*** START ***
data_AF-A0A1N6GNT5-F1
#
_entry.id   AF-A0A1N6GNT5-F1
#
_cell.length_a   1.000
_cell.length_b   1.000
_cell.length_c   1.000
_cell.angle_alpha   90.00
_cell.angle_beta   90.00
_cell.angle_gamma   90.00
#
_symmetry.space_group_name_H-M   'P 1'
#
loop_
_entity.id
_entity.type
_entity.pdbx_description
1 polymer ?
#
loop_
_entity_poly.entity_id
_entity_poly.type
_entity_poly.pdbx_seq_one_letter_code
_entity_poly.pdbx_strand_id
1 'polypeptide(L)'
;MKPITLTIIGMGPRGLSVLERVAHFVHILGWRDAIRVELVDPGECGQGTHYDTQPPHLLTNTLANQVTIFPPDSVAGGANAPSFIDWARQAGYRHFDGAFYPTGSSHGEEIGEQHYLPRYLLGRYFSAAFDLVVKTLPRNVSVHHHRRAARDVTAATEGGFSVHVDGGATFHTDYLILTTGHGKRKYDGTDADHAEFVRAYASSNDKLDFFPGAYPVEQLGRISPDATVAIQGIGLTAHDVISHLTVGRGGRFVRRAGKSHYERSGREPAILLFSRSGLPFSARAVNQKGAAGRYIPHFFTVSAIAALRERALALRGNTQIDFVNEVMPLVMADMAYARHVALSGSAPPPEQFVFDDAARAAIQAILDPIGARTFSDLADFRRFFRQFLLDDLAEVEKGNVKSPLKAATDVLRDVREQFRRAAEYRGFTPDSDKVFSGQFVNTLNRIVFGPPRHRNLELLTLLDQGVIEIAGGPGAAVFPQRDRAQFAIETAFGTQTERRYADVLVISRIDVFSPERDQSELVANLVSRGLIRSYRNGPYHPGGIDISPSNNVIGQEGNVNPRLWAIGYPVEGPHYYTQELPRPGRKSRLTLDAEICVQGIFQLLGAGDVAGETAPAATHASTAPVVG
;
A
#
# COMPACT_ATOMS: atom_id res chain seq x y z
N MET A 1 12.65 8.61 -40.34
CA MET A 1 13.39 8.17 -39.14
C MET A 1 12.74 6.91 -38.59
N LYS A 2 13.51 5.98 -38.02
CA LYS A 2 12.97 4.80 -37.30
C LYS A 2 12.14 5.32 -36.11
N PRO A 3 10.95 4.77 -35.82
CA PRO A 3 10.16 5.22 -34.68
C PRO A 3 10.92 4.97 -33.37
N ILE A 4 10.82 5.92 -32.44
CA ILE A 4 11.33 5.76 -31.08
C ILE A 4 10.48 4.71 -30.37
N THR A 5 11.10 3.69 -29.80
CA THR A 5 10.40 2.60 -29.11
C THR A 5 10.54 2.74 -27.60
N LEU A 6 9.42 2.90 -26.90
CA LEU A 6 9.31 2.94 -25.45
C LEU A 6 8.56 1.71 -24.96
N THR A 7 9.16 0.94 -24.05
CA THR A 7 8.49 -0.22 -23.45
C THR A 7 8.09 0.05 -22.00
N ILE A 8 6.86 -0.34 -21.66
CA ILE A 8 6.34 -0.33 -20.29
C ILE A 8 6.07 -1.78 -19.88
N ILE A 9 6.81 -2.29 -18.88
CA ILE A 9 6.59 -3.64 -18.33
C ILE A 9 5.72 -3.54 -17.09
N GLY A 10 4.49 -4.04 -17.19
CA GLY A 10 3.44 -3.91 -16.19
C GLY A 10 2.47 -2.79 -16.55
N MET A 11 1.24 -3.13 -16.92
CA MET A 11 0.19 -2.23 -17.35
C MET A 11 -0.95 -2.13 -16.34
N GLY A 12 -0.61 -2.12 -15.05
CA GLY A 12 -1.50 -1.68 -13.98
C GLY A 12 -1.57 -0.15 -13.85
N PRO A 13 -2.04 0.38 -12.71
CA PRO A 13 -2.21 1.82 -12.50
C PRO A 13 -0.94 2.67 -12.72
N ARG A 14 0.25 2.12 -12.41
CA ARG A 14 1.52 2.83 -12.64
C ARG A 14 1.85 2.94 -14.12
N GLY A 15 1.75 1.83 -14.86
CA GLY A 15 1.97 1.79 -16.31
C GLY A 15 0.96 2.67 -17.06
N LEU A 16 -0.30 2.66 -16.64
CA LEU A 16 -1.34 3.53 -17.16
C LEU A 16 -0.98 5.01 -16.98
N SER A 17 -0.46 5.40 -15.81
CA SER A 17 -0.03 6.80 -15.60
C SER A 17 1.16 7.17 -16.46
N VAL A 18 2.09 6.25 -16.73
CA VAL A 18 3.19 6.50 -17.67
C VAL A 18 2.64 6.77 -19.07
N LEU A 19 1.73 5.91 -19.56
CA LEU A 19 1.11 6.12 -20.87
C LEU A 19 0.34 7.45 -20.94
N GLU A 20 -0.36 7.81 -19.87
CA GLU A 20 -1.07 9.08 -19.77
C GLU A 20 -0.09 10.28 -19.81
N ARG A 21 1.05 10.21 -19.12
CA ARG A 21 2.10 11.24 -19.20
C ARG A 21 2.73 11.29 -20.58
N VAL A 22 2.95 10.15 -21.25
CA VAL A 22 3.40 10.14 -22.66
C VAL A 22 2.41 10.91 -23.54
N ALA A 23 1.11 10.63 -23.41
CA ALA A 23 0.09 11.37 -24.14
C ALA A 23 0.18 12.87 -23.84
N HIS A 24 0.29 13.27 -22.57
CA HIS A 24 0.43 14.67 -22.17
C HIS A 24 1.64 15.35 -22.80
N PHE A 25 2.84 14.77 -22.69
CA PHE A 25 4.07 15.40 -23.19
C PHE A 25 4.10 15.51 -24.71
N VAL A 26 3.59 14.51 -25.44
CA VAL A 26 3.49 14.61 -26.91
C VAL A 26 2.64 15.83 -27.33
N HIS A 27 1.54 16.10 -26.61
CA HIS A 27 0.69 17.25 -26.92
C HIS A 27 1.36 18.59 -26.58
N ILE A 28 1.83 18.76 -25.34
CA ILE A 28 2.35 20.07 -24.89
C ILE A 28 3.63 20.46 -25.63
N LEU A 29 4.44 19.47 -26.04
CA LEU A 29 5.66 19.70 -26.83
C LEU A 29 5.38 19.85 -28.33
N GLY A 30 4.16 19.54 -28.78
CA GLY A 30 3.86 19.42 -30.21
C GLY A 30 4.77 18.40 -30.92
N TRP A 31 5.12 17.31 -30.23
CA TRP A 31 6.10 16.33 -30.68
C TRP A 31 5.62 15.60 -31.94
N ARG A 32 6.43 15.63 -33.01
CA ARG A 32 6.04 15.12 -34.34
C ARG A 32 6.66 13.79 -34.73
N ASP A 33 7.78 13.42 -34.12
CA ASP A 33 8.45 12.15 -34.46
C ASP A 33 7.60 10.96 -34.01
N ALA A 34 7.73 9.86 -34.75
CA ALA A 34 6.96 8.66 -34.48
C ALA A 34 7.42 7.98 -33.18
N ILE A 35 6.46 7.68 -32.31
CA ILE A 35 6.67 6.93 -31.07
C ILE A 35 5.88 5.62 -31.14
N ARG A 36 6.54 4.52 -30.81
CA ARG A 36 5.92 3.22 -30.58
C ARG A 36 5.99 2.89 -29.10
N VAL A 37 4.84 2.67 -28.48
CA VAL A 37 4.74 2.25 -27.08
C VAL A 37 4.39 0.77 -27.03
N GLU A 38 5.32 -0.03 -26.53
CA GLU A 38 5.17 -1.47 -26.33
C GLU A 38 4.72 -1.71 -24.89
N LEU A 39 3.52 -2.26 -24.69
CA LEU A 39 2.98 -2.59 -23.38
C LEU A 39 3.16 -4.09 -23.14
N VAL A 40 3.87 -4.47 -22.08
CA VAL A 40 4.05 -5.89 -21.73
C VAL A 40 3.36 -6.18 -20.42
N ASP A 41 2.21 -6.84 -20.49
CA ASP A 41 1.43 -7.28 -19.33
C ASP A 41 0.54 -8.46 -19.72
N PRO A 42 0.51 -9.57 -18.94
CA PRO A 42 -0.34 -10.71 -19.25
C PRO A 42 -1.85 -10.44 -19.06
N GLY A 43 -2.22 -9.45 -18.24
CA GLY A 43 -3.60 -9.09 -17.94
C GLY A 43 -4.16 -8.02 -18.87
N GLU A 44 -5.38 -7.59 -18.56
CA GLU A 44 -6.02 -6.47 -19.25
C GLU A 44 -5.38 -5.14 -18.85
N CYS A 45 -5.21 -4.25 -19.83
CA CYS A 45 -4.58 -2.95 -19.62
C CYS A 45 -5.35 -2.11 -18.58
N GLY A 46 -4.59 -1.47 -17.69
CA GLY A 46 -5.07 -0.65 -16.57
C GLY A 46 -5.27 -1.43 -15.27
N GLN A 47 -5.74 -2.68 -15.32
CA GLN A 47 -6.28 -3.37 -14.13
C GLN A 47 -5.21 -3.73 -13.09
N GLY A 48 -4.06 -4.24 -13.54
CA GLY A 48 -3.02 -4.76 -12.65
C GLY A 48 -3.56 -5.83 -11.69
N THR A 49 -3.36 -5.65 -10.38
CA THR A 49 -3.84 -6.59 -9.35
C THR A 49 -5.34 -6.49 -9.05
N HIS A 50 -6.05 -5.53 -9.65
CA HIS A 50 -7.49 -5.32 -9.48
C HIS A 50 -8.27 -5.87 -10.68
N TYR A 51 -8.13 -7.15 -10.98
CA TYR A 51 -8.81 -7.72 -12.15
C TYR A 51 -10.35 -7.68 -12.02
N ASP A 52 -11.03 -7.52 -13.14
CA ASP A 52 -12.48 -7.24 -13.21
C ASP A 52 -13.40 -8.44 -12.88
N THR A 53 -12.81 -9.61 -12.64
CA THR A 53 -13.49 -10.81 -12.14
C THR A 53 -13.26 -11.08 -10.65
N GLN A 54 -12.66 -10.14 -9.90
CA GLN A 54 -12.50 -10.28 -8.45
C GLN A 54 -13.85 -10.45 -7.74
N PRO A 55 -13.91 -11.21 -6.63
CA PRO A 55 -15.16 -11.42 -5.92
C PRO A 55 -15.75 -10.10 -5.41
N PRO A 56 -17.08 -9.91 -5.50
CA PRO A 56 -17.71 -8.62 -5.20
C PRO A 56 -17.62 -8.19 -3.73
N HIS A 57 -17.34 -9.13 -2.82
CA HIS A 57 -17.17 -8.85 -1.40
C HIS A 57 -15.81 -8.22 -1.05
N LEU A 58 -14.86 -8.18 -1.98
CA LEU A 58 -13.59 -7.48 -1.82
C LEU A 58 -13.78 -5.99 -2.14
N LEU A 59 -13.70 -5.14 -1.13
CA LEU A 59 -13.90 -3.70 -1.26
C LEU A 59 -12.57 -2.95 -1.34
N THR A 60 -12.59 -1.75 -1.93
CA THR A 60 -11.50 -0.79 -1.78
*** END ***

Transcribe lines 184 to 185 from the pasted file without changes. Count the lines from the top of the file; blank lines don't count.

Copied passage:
N ASP A 52 -11.03 -7.52 -13.14
CA ASP A 52 -12.48 -7.24 -13.21